If there's to ever be a rebirth for Gawker.com, it won't happen through Univision.
On Friday, it was revealed in bankruptcy papers that the sale of various Gawker Media properties to Univision for $135 million didn't include the domain name and content of the company's flagship website. The debtors are now seeking confirmation for a liquidation plan that includes the sale of Gawker.com upon the expiration of a non-compete with Univision.
Hundreds of pages have been filed in connection with this liquidation plan, which contemplates how to distribute the Univision money plus other lingering assets. The plan is not only complicated by an ongoing court dispute with Hulk Hogan (aka Terry Bollea), who got a $130 million judgment against the company and may have to survive an appeal to collect; there's also the relationship between the company and its officers as well as between Gawker Media and Gawker Hungary, a foreign??affiliate that owned the proprietary publishing and discussion software that Gawker used. Further, Gawker Media has been the recipient of multimillion-dollar bank loans that have allowed operations to continue during trying times. Those financiers have secured claims as well.
The debtors are now trying to navigate this morass with description of how the estate is going to be liquidated.
A bankruptcy judge will need to confirm the plan after creditors vote, and before that happens, there's talk in the debtors' papers of favorable appellate decisions during the pre-trial stages of Hogan's invasion-of-privacy suit over a publishing of his sex tape.
"Although there is a judgment against Gawker Media, the Bollea Judgment, that state law judgment is not merely subject to an appeal of factual findings in that case," states the liquidation papers. "Instead, the Bollea Judgment is in the unusual posture of being based on a ruling that Gawker Media publication was not speech protected under the First Amendment, when two other courts ... have already ... ruled against the plaintiff on that same key legal issue. Consequently, a similar appellate ruling on that same legal issue would likely result in a reversal of the Bollea judgment, or at least a significant reduction of that judgment ... [T]he bankruptcy court can take into account the particular posture of the case solely in connection with weighting the fairness of the Plan Settlements."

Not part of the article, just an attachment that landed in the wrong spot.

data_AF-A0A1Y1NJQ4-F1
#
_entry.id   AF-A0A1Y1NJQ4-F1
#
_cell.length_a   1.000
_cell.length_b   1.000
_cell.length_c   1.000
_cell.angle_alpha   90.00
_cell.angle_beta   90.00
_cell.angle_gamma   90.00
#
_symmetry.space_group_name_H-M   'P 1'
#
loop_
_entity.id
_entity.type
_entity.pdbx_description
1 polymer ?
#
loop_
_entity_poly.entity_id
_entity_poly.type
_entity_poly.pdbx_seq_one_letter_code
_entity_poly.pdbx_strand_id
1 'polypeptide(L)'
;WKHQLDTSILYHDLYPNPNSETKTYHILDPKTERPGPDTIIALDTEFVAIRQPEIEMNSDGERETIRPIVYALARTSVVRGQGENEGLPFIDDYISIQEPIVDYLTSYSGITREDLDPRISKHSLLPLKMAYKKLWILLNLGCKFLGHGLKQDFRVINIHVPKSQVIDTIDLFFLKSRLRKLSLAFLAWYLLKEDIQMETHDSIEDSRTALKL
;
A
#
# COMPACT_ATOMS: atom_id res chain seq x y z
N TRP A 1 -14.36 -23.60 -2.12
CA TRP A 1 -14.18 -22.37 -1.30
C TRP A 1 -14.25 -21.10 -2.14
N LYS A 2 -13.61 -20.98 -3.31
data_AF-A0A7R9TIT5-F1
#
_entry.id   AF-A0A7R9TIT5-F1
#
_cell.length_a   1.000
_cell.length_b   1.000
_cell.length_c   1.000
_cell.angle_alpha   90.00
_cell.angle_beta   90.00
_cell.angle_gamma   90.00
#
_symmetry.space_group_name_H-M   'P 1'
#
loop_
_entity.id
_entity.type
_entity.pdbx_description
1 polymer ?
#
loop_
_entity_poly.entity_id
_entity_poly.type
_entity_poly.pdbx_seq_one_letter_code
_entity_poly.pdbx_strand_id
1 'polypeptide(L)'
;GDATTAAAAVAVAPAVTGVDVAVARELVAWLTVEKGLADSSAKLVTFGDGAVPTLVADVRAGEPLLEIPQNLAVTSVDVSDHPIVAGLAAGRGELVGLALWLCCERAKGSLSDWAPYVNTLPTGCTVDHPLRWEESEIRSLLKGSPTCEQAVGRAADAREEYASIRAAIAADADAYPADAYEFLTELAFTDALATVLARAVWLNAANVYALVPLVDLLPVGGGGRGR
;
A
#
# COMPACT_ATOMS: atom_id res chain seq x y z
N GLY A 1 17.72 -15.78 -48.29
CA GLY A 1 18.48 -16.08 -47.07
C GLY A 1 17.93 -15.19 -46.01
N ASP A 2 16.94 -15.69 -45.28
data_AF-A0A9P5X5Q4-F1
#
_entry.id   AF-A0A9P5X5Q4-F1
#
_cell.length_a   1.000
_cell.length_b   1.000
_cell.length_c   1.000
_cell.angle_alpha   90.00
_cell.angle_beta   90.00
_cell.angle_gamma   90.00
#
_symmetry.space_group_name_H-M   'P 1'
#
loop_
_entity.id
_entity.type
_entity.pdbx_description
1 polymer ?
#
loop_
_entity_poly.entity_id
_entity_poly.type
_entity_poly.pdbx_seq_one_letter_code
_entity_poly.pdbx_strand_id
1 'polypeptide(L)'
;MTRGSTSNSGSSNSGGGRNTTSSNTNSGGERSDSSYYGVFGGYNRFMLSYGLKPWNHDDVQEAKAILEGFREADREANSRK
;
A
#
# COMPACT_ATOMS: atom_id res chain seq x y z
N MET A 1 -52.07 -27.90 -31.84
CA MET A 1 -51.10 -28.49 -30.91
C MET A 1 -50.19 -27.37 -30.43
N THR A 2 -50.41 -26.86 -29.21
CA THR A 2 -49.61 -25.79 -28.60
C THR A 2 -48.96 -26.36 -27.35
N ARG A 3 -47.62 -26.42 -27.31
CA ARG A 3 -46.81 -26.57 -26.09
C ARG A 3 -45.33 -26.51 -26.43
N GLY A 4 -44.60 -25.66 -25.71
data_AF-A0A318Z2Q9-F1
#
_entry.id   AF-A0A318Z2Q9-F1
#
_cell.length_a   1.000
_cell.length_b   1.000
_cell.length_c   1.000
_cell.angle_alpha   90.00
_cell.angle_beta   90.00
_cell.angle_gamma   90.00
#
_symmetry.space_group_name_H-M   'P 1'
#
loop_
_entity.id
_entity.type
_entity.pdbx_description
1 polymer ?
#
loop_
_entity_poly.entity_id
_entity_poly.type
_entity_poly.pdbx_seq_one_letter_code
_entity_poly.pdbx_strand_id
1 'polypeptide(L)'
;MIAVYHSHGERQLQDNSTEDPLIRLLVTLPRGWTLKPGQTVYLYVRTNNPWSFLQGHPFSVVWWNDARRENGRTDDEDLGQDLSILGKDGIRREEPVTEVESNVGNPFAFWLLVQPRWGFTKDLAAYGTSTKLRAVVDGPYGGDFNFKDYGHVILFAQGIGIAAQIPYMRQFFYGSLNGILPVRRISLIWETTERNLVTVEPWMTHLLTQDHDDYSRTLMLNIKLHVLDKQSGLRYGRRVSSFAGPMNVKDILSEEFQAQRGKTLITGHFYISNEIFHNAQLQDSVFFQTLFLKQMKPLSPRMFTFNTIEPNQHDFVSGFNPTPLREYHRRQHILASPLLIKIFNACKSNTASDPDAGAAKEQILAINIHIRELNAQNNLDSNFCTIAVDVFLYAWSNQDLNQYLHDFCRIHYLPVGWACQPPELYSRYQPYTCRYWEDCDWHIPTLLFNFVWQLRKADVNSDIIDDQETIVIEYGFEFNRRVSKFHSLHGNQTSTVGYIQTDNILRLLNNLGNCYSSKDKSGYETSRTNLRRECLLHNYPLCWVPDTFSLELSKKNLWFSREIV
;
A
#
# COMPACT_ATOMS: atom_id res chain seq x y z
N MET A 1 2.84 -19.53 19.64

The so-called centerpiece of the liquidation plan involves resolving intercompany disputes that Gawker Media estimates could cost $9 million to 12 million litigating.
Among the biggest potential conflicts is how much Gawker??Hungary obtains from the Univision sale. The papers describe how much has been allocated to the foreign subsidiary.
"These economic agreements that Gawker Media and Gawker Hungary arrived at reflect an approximate allocation of the value of assets of two-thirds of the value attributable to Gawker Hungary assets, and one-third of the value attributable to Gawker Media assets," states the liquidation papers. "The Debtors believe that this allocation continues to reflect the relative value attributable to Gawker Hungary, on the one hand, and Gawker Media, on the other, as of the closing of the Unimoda Sale. The six major brands sold to Unimoda (Jalopnik, Jezebel, Deadspin, Lifehacker, Gizmodo and Kotaku) reflect the value of the URLs, trademarks, brands and other intangible assets that Gawker Hungary owns."
The Committee of Unsecured Creditors, comprised of Hogan and others who have asserted claims over Gawker Media articles, has recently retained foreign lawyers and has pushed for discovery to investigate how money has flowed at the company. Even if Hogan prevails in upholding the judgment at an appeals court, he may need to argue that Gawker Hungary is an "alter ego" of Gawker Media in order to fully collect on a Florida court's judgment.
The liquidation plan also speaks of more controversy potentially beckoning including the possibility that Nick Denton and other officers at Gawker could face claims of breaching fiduciary duties. The Committee appears to have suggested such claims exist, but the debtors say it hasn't been spelled out. An investigation is underway, according to the papers, and Gawker is proposing contributing $2 million for a settlement.
There's no word of the timing of a sale of Gawker.com to increase the amount of money in the debtors' coffers for distribution. The terms of the Univision non-compete are unclear, though it's known that Denton made a two-year non-compete with the company. In announcing the Univision sale, Denton told staffers that he had tried to sell Gawker.com with no luck. Depending on how the appeal goes, there could be more interest down the line.